The Migratory Bird Treaty Act (MBTA) was passed 100 years ago today on July 3, 1918. The act states that it is unlawful to kill, hunt, sell or possess most native species of birds in the United States without a permit, and explicitly protects over 1000 species.
The celebration of this anniversary coincides with new threats to the law itself. Late in 2017 the Trump Administration issued a legal opinion saying it would no longer enforce illegal take and Rep. Liz Cheney introduced an amendment as part of a larger energy bill exempting oil and gas companies from the provisions of the act.
While the Act has sometimes been used to enforce for violations in egregious cases of bird killings, such as oil spills, its real value comes in compelling industries to proactively take steps to minimize harm to birds from their operations. The Administration’s new legal interpretation opens the door for industries like mining and oil drilling to kill migratory birds without attempting to avoid or mitigate such impacts.
Here in California, efforts are underway to continue protections for California’s migratory birds in the face of federal rollbacks.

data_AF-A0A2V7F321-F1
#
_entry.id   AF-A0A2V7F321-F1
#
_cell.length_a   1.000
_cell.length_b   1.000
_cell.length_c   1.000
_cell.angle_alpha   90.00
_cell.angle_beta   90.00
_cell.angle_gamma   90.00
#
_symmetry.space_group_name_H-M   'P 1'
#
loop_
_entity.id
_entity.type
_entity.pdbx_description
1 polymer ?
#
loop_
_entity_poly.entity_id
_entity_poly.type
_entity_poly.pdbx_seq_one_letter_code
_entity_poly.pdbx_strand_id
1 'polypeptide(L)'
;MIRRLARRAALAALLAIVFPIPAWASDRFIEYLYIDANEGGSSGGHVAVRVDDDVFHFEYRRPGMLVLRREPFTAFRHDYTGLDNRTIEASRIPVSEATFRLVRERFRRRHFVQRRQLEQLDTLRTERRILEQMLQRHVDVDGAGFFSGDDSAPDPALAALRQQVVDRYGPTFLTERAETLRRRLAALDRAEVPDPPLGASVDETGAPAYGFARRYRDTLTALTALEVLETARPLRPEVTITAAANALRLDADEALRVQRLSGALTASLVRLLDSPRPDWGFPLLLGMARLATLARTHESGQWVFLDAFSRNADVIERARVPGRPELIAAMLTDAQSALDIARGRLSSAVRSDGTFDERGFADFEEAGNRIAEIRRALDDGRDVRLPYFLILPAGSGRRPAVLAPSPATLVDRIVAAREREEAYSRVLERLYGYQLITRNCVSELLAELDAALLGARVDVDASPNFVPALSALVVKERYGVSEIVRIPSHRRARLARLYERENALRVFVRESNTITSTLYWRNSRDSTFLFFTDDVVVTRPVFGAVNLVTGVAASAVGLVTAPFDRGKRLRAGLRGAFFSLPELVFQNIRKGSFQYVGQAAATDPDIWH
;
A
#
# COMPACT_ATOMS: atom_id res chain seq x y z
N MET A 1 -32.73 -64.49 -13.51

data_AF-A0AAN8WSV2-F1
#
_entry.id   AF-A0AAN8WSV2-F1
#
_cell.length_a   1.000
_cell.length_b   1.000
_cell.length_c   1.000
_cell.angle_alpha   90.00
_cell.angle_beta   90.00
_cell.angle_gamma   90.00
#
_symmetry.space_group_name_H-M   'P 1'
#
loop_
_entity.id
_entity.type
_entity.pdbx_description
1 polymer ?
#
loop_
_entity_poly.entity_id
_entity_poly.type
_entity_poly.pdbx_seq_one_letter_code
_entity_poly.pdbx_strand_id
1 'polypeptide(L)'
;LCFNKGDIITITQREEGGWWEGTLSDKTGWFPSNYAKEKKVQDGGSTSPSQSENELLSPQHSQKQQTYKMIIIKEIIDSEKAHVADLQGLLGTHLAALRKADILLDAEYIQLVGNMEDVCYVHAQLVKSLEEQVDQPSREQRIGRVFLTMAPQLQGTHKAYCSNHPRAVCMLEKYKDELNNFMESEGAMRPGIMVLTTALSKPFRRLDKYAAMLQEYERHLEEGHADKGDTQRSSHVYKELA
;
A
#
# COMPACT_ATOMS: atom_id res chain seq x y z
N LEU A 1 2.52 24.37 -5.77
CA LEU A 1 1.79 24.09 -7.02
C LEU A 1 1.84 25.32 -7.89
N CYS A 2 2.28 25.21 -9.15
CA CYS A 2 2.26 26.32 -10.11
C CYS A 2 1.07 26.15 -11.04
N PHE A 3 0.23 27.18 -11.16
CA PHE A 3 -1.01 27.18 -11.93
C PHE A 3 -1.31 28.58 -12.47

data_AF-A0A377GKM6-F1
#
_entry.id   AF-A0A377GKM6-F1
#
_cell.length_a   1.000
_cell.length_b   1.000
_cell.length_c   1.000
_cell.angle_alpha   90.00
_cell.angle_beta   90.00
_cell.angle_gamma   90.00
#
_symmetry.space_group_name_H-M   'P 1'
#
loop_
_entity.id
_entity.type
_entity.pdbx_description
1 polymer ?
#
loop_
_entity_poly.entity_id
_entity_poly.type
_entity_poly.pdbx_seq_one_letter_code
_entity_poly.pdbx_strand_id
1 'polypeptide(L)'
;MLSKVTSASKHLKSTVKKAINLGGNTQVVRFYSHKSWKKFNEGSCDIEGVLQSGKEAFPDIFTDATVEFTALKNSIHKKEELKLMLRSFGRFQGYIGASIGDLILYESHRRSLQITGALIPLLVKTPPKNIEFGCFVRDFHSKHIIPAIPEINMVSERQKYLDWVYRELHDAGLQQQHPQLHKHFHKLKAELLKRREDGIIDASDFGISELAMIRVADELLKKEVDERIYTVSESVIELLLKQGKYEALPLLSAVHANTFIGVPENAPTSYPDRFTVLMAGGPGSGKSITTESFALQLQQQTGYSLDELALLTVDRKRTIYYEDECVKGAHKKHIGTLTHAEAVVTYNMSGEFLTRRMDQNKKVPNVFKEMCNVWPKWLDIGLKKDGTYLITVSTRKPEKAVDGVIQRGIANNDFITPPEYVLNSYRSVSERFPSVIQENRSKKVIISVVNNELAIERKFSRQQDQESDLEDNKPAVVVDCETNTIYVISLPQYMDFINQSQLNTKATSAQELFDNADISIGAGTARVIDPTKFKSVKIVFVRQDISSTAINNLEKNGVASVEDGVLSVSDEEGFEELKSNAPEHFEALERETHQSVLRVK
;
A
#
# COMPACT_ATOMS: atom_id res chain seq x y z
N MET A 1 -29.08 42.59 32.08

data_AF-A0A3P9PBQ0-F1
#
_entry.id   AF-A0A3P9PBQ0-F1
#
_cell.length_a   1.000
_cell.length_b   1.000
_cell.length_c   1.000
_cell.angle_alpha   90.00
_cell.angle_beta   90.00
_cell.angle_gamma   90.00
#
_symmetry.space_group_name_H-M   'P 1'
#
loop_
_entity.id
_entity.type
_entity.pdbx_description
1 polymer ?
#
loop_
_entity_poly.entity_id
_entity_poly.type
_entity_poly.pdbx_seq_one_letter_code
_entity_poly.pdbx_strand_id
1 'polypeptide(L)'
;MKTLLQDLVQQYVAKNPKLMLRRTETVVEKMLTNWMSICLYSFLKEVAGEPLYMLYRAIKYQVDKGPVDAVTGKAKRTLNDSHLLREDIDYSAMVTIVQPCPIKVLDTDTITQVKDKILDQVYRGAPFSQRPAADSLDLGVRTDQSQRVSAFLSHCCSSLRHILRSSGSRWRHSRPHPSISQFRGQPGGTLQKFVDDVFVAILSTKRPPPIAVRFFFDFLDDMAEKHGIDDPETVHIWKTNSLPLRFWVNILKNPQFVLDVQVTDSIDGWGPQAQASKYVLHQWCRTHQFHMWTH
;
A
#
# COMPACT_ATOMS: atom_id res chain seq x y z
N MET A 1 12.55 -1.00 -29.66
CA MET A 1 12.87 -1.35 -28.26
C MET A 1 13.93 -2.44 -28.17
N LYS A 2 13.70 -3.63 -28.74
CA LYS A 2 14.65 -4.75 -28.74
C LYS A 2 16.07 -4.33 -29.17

Assembly Bill 2627, authored by Assembly Member Ash Kalra, would allow industries with activities that can harm significant numbers of birds to adopt best management practices to avoid that harm and thereby provide clear direction to support compliance with the existing law.
“So many of the birds that we love here in California continue to survive today in part thanks to the Migratory Bird Treaty Act,” added Rose. “This includes the Red-tailed Hawk, Sandhill Crane, Common Loon and Burrowing Owl. AB 2627 provides a way to ensure those species, and many others, can thrive for generations to come.”
As Audubon celebrates this founding victory we continue to work hard to defend it and the birds it protects.